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Storefront Safety Vehicle Impact Protection Ordinance Approved by Artesia City Council

Storefront bollards were approved by Artesia City Council.

Storefront bollards were approved by Artesia City Council.

By Rico Dizon

After a number of public hearings, modifications, and two months short of one year since the idea of a vehicle impact protection ordinance was first brought up, the Artesia City Council at its April 13 meeting finally approved, on a 5-0 vote, the proposed ordinance.

The ordinance will be titled the “Outdoor Dining and Seating Safety Standards for Certain Parking Areas.”

Under the new ordinance, which will take effect 30 days after its passage and adoption, vehicle impact protection devices such as bollards or guard posts shall be required on front-end parking spaces that are angled between 30 to 90 degrees and immediately adjacent to outdoor seating areas.

Construction of these devices shall be between the parking space and seating area of the building.

The bollards will be made of steel not less than four inches in diameter and appropriately spaced out so that one bollard is provided for each parking space

No one design, device, or requirement is appropriate for all locations and conditions and therefore property and business owners will be given flexibility to utilize a variety of design elements and devices to protect pedestrians and shopping customers near vehicle parking areas.

The goal of this ordinance is to establish standards of design of vehicle impact protection devices that achieve the appropriate level of safety but not so onerous as to require unnecessary expensive structures in parking areas.

Certain exemptions will apply to parking spaces that are reconfigured or re-striped to eliminate front-end parking angled between 30 to 90 degrees relative to immediately adjacent pedestrian or seating area.

Also exempted by the ordinance are parking areas where outdoor seating adjacent to parking spaces are permanently removed. For ADA compliant parking spaces, bollards can be substituted for wheel stops with the ADA sign on top of the pole fronting the vehicle.

“This is a great ordinance that will save many lives,” exclaimed Mayor Miguel Canales immediately after the City Council unanimously approved the proposed ordinance. “Parking spaces will now be much safer,” said Mayor Pro Tem Victor Manalo.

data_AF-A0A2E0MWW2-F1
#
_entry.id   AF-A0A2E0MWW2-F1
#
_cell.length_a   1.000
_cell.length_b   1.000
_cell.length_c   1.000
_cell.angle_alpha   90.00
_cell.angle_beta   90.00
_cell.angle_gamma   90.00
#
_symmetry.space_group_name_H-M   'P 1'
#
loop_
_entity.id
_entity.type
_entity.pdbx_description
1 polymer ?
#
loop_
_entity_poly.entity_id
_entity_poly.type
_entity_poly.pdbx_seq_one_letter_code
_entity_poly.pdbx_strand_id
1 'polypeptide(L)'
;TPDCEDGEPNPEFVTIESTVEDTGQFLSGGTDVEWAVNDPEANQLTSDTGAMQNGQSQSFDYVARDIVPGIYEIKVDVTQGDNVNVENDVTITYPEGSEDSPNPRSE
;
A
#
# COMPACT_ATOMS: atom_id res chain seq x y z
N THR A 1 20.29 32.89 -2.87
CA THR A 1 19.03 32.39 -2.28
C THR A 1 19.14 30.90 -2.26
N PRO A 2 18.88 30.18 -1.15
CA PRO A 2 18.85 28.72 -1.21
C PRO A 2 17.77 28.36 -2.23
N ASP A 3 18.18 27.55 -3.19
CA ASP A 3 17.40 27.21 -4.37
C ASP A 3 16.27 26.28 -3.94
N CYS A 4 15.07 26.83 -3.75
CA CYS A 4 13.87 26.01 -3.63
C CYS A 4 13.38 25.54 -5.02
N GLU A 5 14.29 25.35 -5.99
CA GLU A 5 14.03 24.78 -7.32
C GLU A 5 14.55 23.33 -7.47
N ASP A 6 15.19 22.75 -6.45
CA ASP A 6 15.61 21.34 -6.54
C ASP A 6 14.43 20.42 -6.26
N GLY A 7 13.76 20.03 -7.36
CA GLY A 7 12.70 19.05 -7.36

The new ordinance is a brainchild of Manalo. The crucial presence of safety devices in parking lots just dawned on him after his mother-in-law was killed and his two daughters injured by a SUV that hit them while eating in the outdoor patio of an ice cream parlor in Buena Park in 2014. The investigation concluded that the senior driver of the parked vehicle wrongly stepped on the gas with the SUV in drive.

Manalo researched extensively on vehicle-into-building crashes until he met Rob Reiter of the Storefront Safety Council who helped suggest solutions and provide statistics that revealed 60 incidents per day of vehicle crashing into buildings or houses that result into 500 deaths annually. At least two similar accidents took place in Artesia over the past two years.

Experts in vehicle into building crashes indicate that standard parking lot wheel stops and raised sidewalks are not sufficient by themselves to stop the force of vehicle in such pedal error accidents and that other design standards and devices are needed to protect pedestrians, shoppers and customers.

The proposed ordinance met rough sailing in early December last year when some studies showed that one business establishment alone will incur about $150,000 to put up the safety barriers in the parking lot. “I just find this update onerous,” said City Council Member Sally Flowers, while City Council Member Tony Lima, a large property owner in Artesia said, “this is very expensive and not even one city in the whole country have this ordinance except one in Florida which is under study.”

The proposal then was sent back to the Planning Commission for more reviews and modifications.

Prior to the ordinance approval last Tuesday, Manalo recalled that when his family’s tragedy happened last year, he was in Washington D.C. with wife Monica and it took them 24 hours to come back. “It was the worst 24 hours of my life,” he said. His daughter Isabel who underwent surgery as a result of the accident, also spoke during the recent meeting who, after briefly narrating her scary and painful experience, said, “I just wish we have the ordinance so that it will help stop similar tragedies from taking place in the future and many lives will be saved.”